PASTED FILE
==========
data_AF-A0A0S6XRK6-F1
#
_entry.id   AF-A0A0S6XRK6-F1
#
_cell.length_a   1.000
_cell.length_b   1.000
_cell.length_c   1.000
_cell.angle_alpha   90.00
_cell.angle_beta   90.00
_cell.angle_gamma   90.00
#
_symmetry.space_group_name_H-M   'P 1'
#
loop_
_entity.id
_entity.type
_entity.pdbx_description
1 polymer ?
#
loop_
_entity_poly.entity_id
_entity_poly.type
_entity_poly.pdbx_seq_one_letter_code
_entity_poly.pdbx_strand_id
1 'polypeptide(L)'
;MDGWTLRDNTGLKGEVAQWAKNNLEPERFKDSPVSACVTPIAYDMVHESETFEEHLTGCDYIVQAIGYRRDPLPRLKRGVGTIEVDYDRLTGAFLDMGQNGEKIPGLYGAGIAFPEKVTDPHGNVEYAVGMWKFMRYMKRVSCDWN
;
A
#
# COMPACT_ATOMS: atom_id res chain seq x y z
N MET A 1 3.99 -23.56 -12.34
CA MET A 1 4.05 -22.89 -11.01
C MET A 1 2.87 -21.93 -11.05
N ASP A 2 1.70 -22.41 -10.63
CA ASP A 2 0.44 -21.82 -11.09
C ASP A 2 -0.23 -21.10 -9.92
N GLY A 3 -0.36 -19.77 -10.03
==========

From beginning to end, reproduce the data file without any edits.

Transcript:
data_AF-A0A0S6XRK6-F1
#
_entry.id   AF-A0A0S6XRK6-F1
#
_cell.length_a   1.000
_cell.length_b   1.000
_cell.length_c   1.000
_cell.angle_alpha   90.00
_cell.angle_beta   90.00
_cell.angle_gamma   90.00
#
_symmetry.space_group_name_H-M   'P 1'
#
loop_
_entity.id
_entity.type
_entity.pdbx_description
1 polymer ?
#
loop_
_entity_poly.entity_id
_entity_poly.type
_entity_poly.pdbx_seq_one_letter_code
_entity_poly.pdbx_strand_id
1 'polypeptide(L)'
;MDGWTLRDNTGLKGEVAQWAKNNLEPERFKDSPVSACVTPIAYDMVHESETFEEHLTGCDYIVQAIGYRRDPLPRLKRGVGTIEVDYDRLTGAFLDMGQNGEKIPGLYGAGIAFPEKVTDPHGNVEYAVGMWKFMRYMKRVSCDWN
;
A
#
# COMPACT_ATOMS: atom_id res chain seq x y z
N MET A 1 3.99 -23.56 -12.34
CA MET A 1 4.05 -22.89 -11.01
C MET A 1 2.87 -21.93 -11.05
N ASP A 2 1.70 -22.41 -10.63
CA ASP A 2 0.44 -21.82 -11.09
C ASP A 2 -0.23 -21.10 -9.92
N GLY A 3 -0.36 -19.77 -10.03